I use high quality cables and make up most of my own so that I know they are high quality, but I work in audio, and know that the little differences soon stack up when you have long cable runs. I use star-quad microphone cabling for microphone runs when recording low-level stuff (eg voiceovers) and I will spend money on good preamps for this purpose.

But, there are a lot of practices that make either none or very little difference, and it galls me that the marketing for these items concentrates on getting the fool to part with his money rather than find the genuine weak point in the setup (usu acoustics) and help improve it.

It is inescapable that if people are willing to believe in these things, then people and companies will exploit this.


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The above I do agree with.

To accord with my checkmarks, I offer the following to balance the arguments a bit:

I like vacuum tubes because I believe in euphonics. I remember wandering in to The Natural Sound and finding a pair of B&W 801s set up in the middle of the floor, wired and ready to go. No one was around, so I cued up a copy of "Let It Bleed". Yuch! Really, I didn't want to know the Stones were recorded that poorly. :D If tubes can make bad stuff sound good, so I can concentrate on the performance and ignore the recording, that's worth a little accuracy in my book, and goes at least double for home theater.

Antidigital lie?!? What about the digital lie, "Perfect sound forever!" It's been shown CDs are not archival, and may not even last ten years. And once "digital" became a buzzword, they foisted MP3s on us, and an entire generation swallowed them without flinching. :eek:lddude:

True, if you have $8000 monoblocks, you don't need power conditioning for your amplifiers. But I think most people's gear, in most parts of the world, might benefit from a little voltage regulation and filtering.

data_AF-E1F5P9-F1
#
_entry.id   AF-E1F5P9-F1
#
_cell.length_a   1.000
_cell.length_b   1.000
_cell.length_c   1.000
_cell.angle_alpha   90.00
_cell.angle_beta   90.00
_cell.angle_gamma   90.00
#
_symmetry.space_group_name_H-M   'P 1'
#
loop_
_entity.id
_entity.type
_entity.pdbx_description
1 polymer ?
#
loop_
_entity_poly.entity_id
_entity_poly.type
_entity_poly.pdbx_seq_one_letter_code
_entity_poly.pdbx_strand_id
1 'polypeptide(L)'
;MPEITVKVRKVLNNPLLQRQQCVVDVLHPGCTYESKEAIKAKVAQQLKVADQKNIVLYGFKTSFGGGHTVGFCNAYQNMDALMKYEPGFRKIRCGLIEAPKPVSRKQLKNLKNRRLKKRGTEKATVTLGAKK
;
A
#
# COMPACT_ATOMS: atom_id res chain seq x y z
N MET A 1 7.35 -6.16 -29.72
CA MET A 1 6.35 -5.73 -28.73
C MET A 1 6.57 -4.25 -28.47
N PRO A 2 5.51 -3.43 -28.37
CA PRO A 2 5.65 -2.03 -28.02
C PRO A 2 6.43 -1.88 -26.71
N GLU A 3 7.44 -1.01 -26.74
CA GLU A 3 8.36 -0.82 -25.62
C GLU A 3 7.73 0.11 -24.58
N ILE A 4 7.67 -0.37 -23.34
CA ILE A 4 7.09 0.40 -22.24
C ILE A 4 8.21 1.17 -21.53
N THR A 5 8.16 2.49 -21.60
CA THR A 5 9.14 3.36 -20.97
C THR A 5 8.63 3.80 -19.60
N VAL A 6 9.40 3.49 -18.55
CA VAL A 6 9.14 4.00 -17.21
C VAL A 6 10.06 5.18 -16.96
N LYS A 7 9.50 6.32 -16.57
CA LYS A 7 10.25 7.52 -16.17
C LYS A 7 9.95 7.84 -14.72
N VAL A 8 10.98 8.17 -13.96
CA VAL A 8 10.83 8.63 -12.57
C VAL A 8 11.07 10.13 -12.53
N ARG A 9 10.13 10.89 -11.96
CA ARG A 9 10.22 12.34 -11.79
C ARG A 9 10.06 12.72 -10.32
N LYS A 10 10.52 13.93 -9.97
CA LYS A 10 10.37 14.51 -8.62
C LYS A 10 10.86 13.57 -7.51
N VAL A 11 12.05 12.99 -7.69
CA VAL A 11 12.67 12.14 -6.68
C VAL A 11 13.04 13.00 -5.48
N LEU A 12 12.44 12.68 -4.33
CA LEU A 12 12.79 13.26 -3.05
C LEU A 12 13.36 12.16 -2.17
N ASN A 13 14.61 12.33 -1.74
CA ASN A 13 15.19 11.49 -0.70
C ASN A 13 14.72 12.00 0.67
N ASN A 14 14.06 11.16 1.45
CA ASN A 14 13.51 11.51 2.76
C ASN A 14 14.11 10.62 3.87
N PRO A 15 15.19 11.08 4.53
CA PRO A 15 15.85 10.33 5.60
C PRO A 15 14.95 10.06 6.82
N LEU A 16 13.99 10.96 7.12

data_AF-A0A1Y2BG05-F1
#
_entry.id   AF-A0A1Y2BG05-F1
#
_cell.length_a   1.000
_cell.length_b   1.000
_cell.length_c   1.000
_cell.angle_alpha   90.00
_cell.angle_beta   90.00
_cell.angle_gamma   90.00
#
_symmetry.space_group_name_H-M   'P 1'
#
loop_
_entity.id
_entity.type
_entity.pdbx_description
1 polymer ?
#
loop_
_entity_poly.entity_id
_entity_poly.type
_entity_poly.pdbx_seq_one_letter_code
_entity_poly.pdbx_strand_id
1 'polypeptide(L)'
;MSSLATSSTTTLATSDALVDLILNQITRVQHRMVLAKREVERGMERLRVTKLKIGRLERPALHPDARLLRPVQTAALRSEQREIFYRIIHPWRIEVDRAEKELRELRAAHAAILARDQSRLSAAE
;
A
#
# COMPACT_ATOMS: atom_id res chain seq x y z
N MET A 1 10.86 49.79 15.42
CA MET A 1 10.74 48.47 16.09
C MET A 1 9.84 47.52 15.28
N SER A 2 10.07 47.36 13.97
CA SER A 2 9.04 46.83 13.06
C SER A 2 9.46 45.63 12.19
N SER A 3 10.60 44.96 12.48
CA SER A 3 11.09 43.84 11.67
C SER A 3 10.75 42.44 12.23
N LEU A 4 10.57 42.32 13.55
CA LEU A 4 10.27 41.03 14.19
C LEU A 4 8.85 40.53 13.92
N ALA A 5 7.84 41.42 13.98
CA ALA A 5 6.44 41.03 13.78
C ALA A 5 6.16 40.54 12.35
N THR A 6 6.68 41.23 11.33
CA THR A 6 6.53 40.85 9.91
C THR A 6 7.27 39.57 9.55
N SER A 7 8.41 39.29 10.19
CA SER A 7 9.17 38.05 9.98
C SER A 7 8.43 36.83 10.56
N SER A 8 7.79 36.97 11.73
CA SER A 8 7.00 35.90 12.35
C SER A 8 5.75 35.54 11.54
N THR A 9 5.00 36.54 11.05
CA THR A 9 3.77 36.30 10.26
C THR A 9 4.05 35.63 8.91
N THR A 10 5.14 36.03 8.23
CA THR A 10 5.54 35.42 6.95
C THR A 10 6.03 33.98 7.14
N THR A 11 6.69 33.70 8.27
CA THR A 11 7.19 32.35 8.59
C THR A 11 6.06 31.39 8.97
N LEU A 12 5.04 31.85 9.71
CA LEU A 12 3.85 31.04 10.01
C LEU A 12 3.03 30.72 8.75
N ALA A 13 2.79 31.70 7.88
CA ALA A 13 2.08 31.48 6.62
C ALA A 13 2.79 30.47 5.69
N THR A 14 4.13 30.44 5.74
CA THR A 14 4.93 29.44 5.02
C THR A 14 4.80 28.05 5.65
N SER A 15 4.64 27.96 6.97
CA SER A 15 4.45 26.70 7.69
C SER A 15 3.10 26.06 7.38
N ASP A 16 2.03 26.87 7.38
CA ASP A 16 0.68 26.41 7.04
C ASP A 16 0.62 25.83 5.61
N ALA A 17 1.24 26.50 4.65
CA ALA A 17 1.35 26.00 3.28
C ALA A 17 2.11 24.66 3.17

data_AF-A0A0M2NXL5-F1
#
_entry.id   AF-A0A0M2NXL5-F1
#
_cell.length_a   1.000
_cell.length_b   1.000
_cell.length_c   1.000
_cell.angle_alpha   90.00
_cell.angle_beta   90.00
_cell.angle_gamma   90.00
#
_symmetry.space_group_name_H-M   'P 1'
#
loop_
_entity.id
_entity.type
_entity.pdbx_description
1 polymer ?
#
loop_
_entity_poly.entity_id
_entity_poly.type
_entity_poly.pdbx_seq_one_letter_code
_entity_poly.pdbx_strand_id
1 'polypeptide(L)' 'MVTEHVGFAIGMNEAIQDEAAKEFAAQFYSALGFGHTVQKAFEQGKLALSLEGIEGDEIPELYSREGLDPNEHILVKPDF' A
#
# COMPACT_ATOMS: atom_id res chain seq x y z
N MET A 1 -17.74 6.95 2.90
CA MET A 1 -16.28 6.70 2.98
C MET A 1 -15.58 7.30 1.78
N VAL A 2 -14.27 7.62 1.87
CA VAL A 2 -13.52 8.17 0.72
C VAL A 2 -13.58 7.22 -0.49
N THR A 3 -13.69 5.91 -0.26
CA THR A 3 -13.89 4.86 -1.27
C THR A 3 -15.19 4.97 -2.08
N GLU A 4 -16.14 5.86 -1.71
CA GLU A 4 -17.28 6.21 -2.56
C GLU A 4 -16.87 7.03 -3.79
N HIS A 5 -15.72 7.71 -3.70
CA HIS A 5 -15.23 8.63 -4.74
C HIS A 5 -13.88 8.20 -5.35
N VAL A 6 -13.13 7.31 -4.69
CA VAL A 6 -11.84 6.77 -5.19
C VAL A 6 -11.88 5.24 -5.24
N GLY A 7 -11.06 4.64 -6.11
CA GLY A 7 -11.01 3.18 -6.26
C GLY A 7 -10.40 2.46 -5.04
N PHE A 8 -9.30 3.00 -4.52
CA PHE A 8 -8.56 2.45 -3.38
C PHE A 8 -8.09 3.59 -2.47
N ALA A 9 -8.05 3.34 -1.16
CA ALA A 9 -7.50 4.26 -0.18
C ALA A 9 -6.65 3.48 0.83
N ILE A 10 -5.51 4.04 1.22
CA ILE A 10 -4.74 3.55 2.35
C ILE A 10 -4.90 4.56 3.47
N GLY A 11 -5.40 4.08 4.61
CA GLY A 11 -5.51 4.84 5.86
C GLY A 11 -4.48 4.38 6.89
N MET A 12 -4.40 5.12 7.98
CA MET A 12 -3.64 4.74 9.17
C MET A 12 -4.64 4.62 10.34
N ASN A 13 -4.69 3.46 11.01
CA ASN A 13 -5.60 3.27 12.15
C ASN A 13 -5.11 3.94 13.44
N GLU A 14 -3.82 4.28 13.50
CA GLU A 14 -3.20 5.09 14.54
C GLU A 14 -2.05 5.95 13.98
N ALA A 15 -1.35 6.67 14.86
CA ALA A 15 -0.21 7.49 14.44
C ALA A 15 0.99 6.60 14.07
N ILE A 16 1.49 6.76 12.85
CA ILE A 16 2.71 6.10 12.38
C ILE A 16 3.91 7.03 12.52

As far as Golden Ears go... sure, there are folks in the business that set themselves up as cult leaders. But everyone does not hear the same, nor respond the same to what they do hear. I noticed long ago, flat frequency response is totally lost on some people, while others are not impressed by time alignment. Apparently our ears are not only sensitive to different things, they also auto-correct different things. As I implied earlier, while perfect reproduction is the goal, we're not there yet, and what's "best" for each of us will depend on what allows us to maintain our personal "suspension of disbelief". Me, I like big and I need loud. My wife on the other hand, is perfectly willing to believe there's an orchestra in that little box, and it's playing the fortissimo parts softly. :innocent:

The system didn't sound so good because it had valves, it sounded so good because it was very well designed, engineered, built and set up. This can be acheived with valves or "solid state".

"Perfect Sound Forever" was a lie in terms of the CD, but that was marketing and the weakness is in the medium, not the method.

CD and digital are not one and the same thing. Once the accuracy of digital had been improved (yes, many early ADCs and DACs were not nice), there was a huge learning curve about what we actually like about music -and one thing found repeatedly was the distortions inherent in analogue gear (valve amplification, valve preamps, impedance and isolation transformers, tape heads and mechanisms and magnetic media itself, etc, etc) were part of the sounds we liked and helped make the mixes sound warm and pleasing.